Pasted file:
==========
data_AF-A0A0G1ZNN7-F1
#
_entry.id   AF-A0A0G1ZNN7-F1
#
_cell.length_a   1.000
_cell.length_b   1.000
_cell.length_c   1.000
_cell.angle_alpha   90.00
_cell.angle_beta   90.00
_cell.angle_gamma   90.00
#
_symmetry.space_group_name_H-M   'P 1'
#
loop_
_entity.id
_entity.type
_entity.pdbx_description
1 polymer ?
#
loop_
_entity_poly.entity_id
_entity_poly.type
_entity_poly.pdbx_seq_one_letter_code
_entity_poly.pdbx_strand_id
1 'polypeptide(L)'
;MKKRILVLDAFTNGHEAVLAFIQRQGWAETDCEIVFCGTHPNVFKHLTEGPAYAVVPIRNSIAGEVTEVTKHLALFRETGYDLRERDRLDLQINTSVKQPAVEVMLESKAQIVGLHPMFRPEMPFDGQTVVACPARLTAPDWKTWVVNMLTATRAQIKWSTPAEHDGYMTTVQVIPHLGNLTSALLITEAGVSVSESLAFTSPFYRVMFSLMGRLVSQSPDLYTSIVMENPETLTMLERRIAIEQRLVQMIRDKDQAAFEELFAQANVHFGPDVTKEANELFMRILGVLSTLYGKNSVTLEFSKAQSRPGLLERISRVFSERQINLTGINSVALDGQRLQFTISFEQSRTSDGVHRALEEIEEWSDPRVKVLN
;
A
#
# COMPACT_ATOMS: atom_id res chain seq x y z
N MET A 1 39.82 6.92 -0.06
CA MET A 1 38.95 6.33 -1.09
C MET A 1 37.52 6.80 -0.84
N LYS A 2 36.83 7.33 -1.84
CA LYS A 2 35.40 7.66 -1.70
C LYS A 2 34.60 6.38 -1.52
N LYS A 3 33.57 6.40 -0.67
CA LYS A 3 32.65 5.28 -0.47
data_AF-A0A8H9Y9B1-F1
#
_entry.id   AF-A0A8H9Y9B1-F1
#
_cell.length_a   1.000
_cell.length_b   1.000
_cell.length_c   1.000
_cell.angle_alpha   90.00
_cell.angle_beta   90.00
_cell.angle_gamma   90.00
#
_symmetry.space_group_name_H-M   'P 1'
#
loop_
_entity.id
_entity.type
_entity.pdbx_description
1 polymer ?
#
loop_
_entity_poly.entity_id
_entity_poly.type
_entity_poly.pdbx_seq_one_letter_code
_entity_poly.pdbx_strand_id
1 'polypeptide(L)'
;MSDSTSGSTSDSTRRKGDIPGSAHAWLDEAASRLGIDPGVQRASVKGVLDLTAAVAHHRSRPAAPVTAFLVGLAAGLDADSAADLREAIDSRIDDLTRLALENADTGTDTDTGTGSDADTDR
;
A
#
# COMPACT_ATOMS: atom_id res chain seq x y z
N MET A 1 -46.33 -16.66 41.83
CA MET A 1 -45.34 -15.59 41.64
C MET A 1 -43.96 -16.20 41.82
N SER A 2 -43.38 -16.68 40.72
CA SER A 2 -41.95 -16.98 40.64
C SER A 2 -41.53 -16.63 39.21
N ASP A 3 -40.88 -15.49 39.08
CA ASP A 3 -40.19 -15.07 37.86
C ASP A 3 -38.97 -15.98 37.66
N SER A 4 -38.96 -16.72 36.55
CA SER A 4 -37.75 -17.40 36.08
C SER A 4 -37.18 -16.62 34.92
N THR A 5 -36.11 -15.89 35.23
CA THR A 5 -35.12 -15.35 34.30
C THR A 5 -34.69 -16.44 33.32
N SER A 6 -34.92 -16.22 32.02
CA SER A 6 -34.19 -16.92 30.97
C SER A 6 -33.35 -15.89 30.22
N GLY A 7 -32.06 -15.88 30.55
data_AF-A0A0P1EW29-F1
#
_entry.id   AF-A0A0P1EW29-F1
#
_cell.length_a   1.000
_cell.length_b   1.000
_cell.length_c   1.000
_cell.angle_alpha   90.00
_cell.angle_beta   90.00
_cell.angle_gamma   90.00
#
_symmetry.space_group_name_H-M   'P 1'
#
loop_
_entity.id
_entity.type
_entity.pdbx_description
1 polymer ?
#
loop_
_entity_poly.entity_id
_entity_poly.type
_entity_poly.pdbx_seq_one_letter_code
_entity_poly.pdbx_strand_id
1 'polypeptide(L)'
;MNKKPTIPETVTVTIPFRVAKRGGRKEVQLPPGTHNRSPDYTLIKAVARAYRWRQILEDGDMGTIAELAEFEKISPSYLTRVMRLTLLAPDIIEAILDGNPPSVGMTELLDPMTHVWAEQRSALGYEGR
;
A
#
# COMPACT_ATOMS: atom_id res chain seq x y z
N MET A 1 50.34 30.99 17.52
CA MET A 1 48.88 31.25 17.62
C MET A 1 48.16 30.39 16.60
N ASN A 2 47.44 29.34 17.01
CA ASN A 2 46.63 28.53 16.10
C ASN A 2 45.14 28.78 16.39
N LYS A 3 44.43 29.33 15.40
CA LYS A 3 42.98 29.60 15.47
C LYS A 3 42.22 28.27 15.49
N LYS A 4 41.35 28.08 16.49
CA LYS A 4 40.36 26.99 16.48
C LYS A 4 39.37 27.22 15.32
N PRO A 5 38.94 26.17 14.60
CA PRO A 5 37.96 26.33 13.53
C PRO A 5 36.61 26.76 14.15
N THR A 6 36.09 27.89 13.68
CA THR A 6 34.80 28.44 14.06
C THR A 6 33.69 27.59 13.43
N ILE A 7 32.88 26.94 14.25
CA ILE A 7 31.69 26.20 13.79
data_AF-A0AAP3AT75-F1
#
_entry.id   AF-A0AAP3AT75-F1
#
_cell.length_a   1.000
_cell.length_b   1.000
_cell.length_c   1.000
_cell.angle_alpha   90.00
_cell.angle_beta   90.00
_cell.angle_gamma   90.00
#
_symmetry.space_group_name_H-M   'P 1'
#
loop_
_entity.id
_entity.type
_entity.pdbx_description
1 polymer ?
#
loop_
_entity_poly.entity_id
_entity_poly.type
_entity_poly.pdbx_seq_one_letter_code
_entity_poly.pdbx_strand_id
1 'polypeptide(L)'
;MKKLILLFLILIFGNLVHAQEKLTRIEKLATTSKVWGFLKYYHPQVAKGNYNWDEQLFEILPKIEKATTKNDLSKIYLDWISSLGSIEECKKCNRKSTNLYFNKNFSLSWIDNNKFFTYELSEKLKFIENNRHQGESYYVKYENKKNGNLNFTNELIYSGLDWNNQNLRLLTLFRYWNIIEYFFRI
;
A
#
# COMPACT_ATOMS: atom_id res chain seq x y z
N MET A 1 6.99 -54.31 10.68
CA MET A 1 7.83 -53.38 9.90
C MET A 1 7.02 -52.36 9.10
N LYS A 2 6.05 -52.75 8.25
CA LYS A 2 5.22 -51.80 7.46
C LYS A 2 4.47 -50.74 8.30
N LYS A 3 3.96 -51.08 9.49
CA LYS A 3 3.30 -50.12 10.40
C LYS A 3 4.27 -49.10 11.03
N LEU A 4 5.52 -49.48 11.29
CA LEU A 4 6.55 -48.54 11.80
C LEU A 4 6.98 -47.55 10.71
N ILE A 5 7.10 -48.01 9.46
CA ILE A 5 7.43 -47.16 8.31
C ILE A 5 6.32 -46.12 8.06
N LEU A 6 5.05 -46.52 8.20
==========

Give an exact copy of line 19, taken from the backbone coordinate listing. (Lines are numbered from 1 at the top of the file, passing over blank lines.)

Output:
#